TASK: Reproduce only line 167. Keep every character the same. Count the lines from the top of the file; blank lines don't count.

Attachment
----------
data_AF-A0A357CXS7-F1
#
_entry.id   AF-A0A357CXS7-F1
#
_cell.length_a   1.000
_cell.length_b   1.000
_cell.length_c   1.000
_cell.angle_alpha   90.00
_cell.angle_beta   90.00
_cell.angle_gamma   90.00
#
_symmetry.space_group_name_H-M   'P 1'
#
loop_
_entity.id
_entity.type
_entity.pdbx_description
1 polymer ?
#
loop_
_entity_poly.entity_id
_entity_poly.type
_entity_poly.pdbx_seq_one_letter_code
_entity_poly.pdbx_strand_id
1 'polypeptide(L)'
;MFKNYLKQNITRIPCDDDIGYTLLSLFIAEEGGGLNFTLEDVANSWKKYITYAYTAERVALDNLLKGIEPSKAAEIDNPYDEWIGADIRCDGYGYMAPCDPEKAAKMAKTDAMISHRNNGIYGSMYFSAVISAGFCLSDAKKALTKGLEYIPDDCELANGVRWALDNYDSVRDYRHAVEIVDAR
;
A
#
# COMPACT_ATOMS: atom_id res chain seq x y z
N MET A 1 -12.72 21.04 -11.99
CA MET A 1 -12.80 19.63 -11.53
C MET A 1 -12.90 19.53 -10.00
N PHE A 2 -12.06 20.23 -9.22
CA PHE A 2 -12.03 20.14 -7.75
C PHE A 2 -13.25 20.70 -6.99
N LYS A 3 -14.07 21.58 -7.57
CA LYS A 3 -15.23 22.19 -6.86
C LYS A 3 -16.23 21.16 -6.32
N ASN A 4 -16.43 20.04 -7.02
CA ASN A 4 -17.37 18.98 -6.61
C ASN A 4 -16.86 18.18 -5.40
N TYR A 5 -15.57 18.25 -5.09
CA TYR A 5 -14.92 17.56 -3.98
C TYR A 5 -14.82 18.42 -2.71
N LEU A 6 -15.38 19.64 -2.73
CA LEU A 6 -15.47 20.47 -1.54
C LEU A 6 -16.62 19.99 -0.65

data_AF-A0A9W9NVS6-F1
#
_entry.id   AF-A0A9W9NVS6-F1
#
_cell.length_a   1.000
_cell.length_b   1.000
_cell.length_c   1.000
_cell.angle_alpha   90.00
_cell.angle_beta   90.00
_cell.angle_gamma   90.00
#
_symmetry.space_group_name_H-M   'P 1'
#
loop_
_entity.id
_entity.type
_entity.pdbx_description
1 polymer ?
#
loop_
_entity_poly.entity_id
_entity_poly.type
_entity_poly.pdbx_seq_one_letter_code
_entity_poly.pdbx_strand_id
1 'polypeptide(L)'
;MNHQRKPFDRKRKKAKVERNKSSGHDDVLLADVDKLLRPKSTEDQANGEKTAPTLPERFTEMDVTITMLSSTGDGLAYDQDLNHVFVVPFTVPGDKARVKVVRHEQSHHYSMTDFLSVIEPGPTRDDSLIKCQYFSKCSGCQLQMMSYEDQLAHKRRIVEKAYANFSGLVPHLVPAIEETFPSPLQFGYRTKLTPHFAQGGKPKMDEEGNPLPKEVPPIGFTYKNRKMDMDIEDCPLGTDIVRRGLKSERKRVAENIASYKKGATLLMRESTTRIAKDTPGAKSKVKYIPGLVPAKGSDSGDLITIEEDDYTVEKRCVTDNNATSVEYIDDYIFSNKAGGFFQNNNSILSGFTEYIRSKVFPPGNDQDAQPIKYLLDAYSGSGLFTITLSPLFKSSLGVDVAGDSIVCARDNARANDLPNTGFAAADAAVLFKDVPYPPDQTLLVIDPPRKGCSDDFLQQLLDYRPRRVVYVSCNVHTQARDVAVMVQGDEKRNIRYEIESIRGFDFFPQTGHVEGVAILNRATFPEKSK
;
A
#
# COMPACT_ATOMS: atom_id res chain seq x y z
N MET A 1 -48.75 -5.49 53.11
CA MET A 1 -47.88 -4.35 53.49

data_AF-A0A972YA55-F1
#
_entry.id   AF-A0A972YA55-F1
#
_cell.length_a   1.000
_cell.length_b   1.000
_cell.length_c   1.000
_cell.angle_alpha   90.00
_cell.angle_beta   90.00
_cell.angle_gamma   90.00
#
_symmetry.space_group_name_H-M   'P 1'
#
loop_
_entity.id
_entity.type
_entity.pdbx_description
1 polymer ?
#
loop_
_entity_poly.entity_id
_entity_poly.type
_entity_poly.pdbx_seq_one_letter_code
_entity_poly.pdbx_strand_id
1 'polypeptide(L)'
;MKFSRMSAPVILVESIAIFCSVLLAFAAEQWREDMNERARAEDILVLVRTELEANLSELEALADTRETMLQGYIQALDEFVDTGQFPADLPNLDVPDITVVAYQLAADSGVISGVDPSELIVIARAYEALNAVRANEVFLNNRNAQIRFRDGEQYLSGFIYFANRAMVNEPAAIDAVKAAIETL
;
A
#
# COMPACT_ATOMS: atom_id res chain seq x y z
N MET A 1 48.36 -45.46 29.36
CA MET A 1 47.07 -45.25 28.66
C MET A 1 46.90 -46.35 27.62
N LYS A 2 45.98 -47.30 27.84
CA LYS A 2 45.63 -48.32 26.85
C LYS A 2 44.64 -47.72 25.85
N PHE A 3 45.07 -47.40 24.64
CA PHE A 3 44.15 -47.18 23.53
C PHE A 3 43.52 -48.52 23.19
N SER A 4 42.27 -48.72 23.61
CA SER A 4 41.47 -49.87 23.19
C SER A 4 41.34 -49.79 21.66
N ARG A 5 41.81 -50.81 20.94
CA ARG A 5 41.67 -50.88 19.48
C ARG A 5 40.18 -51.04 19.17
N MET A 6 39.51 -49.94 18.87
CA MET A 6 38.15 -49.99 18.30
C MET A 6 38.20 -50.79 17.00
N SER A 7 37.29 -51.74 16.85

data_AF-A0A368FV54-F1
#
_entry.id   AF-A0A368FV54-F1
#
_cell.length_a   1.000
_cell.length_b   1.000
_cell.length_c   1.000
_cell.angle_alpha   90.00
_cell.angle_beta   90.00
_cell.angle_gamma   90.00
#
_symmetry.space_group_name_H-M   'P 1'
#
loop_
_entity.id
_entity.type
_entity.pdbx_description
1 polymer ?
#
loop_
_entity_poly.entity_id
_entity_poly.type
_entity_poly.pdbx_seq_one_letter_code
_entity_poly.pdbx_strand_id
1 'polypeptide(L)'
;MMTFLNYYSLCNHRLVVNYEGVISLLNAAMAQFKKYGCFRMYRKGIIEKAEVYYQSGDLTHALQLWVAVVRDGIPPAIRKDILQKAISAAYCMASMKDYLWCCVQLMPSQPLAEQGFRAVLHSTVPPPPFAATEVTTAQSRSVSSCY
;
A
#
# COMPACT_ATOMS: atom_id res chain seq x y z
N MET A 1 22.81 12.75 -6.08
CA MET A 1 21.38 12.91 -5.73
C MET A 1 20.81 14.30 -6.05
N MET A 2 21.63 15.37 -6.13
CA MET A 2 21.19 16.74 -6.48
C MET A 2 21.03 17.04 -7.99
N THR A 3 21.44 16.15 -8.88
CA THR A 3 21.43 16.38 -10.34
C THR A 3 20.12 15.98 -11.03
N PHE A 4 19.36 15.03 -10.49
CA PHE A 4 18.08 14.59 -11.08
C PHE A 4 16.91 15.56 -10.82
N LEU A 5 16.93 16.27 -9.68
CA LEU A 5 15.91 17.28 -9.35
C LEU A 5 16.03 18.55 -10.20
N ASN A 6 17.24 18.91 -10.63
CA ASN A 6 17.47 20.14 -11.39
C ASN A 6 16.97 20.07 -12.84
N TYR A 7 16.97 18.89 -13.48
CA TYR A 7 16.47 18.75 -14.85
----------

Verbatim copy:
CA THR A 3 21.43 16.38 -10.34